Jonathan Dove's new piece for professional soloists, a professional actor, an adult community, youth and children choruses, The Monster in the Maze, receives its Scandinavian premiere in a new production which will be fully staged with 150 professionals and non-professionals on stage, directed by Mattias Ermedahl, conducted by Martin Nagashima Toft.

Further ahead, Stephen Langridge is directing Wagner's Ring Cycle for Gothenburg Opera, starting with Das Rheingold in 2018. Gothenburg Opera is a champion of ecological sustainability, and the whole cycle will be devised to be as ecologically sustainable as possible.

Full details from Gothenburg Opera website.

Saturday 19 August 2017

Singing Wagner: a continuation of our conversation with Claire Rutter and Dame Anne Evans

Claire Rutter (Sieglinde) in Wagner's Die Walküre at Grange Park Opera (photo Robert Workman)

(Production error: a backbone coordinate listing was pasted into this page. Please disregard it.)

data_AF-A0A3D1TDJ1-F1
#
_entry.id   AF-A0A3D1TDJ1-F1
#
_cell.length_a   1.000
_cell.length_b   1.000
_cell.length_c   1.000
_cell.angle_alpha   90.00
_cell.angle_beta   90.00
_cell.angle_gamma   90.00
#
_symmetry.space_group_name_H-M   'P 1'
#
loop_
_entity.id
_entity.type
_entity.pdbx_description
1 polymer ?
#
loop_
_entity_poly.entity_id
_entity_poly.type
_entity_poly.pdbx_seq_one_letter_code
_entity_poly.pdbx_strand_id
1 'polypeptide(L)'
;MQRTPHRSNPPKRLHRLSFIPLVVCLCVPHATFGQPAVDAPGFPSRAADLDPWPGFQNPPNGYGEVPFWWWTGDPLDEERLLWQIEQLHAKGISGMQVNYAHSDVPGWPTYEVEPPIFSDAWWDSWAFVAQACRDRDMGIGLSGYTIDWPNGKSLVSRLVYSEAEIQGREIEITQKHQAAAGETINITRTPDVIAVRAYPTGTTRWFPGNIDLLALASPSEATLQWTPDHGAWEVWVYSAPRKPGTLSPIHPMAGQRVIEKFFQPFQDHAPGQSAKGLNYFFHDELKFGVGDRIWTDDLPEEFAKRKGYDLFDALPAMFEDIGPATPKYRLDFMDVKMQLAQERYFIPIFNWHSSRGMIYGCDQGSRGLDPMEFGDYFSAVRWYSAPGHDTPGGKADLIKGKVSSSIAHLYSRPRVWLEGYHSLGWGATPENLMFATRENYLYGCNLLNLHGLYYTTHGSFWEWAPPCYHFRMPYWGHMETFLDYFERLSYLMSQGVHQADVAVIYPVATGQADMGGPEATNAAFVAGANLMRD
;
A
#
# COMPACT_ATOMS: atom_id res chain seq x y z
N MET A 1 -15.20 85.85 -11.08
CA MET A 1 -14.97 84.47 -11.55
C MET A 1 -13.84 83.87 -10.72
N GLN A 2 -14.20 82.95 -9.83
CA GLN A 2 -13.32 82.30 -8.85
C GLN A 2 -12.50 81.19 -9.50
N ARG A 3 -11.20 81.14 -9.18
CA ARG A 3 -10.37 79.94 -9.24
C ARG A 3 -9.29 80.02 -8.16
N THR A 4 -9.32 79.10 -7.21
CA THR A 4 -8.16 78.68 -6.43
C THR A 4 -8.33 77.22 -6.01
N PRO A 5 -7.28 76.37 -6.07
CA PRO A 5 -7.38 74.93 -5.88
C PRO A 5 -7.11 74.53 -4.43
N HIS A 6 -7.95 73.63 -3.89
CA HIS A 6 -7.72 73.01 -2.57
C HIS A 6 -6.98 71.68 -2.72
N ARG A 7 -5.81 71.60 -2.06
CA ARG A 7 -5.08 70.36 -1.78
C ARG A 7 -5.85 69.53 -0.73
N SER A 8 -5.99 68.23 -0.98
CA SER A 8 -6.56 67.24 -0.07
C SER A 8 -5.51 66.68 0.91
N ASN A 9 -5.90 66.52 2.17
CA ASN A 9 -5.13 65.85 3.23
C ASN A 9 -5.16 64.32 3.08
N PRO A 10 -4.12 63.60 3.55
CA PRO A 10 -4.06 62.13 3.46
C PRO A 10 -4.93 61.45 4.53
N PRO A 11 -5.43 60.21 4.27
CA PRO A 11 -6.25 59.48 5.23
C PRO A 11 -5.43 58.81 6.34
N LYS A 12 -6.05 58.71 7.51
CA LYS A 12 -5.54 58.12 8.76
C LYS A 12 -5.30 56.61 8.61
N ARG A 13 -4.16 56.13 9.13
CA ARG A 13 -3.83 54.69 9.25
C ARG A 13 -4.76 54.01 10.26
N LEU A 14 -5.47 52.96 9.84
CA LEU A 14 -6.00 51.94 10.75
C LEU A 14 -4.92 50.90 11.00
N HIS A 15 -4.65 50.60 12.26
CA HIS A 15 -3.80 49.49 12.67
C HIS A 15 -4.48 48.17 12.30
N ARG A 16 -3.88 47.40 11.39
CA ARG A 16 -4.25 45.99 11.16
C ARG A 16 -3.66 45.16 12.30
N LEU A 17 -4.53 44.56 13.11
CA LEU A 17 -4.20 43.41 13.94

Claire Rutter (Sieglinde) in Wagner's Die Walküre at Grange Park Opera (photo Robert Workman)
We continue our conversation with Claire Rutter and Dame Anne Evans. Claire has recently sung her first major Wagner role, Sieglinde in Die Walküre at Grange Park Opera and was coached in the role by Dame Anne Evans whose Wagner experience included singing Brünnhilde at the Bayreuth Festival. I recently joined the two of them to talk about singing Wagner. This is the second part of the conversation, and you can read the first part here.

Claire admits that she will now put some of her lighter coloratura roles away, as she finds that she now enjoys singing other things more. Also, as singers get older the voice and the muscles change and the voice's centre of gravity can get lower. There are of course roles which can still be sung by a heavier voice, such as Elvira in Verdi's Ernani.